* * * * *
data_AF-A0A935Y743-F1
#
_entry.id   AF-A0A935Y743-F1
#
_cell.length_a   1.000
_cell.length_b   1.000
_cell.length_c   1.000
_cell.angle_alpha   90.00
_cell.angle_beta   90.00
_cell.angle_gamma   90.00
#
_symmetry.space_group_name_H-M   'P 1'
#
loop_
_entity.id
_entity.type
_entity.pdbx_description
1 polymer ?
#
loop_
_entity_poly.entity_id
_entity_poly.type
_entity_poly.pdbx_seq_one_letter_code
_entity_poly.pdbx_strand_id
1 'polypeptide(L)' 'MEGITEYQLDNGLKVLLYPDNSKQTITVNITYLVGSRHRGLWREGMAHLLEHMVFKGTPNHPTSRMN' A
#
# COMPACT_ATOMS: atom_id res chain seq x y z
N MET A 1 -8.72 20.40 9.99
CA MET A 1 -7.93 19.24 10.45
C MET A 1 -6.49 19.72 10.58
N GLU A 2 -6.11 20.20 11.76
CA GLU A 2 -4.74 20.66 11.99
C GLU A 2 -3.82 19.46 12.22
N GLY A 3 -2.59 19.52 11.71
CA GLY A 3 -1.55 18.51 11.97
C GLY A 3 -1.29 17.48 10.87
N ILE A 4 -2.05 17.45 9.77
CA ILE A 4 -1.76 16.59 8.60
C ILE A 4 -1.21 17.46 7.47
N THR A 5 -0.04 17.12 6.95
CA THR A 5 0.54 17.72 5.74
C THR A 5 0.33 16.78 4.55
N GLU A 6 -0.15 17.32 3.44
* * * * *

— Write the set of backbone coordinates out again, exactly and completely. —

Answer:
data_AF-A0A935Y743-F1
#
_entry.id   AF-A0A935Y743-F1
#
_cell.length_a   1.000
_cell.length_b   1.000
_cell.length_c   1.000
_cell.angle_alpha   90.00
_cell.angle_beta   90.00
_cell.angle_gamma   90.00
#
_symmetry.space_group_name_H-M   'P 1'
#
loop_
_entity.id
_entity.type
_entity.pdbx_description
1 polymer ?
#
loop_
_entity_poly.entity_id
_entity_poly.type
_entity_poly.pdbx_seq_one_letter_code
_entity_poly.pdbx_strand_id
1 'polypeptide(L)' 'MEGITEYQLDNGLKVLLYPDNSKQTITVNITYLVGSRHRGLWREGMAHLLEHMVFKGTPNHPTSRMN' A
#
# COMPACT_ATOMS: atom_id res chain seq x y z
N MET A 1 -8.72 20.40 9.99
CA MET A 1 -7.93 19.24 10.45
C MET A 1 -6.49 19.72 10.58
N GLU A 2 -6.11 20.20 11.76
CA GLU A 2 -4.74 20.66 11.99
C GLU A 2 -3.82 19.46 12.22
N GLY A 3 -2.59 19.52 11.71
CA GLY A 3 -1.55 18.51 11.97
C GLY A 3 -1.29 17.48 10.87
N ILE A 4 -2.05 17.45 9.77
CA ILE A 4 -1.76 16.59 8.60
C ILE A 4 -1.21 17.46 7.47
N THR A 5 -0.04 17.12 6.95
CA THR A 5 0.54 17.72 5.74
C THR A 5 0.33 16.78 4.55
N GLU A 6 -0.15 17.32 3.44